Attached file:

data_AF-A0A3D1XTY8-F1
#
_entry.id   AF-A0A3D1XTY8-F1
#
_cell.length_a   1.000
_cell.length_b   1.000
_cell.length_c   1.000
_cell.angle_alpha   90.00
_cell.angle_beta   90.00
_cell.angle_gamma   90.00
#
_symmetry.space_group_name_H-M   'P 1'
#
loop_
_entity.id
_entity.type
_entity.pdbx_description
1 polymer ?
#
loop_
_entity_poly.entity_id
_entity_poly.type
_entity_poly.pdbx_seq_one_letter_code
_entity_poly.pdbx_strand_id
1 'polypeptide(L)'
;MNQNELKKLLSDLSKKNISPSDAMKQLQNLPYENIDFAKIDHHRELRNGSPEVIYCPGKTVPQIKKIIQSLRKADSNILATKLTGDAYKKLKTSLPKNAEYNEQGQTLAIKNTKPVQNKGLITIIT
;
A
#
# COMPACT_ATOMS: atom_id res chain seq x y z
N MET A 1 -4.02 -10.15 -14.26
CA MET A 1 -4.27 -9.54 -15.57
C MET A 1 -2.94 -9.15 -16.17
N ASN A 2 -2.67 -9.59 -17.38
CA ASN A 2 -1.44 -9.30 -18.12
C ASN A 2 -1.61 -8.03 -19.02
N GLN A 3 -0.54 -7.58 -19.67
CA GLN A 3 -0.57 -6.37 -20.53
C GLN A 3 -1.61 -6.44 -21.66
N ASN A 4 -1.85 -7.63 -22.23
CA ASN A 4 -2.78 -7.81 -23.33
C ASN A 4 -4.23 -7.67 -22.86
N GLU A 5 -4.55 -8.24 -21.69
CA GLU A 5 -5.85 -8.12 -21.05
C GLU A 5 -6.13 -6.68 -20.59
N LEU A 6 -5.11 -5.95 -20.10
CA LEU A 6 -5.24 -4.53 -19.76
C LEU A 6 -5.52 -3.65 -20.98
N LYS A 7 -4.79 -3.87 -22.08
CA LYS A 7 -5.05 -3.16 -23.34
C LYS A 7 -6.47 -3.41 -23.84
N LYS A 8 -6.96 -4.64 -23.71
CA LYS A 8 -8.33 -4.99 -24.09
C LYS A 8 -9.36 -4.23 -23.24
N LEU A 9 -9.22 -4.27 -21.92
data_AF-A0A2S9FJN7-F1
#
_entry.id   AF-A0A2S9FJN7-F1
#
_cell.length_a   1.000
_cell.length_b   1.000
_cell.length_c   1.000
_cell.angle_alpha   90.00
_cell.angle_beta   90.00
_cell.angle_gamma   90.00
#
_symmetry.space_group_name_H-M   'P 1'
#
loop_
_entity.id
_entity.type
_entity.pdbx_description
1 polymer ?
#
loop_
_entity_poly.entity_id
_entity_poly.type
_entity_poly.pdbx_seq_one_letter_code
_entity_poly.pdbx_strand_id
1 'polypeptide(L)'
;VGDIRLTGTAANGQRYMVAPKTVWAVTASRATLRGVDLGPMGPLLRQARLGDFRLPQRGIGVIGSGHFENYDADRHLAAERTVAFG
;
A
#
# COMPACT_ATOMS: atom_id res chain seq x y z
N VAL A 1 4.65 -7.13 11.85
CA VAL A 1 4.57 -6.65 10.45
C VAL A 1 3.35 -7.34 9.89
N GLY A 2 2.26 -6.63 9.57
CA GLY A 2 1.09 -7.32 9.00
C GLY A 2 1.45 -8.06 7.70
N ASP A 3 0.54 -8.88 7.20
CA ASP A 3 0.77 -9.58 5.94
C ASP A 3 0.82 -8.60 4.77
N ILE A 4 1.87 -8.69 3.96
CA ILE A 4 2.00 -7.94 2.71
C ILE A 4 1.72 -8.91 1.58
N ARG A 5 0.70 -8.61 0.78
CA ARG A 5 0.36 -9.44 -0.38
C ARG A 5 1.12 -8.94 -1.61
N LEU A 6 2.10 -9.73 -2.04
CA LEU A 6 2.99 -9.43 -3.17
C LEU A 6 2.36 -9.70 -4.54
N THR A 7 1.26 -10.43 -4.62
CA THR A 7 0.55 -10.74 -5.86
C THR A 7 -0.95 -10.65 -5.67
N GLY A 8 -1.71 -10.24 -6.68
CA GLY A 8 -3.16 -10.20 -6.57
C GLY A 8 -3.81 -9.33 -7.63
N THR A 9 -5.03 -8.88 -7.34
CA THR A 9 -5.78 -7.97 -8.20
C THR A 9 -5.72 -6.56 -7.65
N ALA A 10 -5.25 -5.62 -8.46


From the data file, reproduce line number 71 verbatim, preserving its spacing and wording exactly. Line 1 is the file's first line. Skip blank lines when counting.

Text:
_entity.type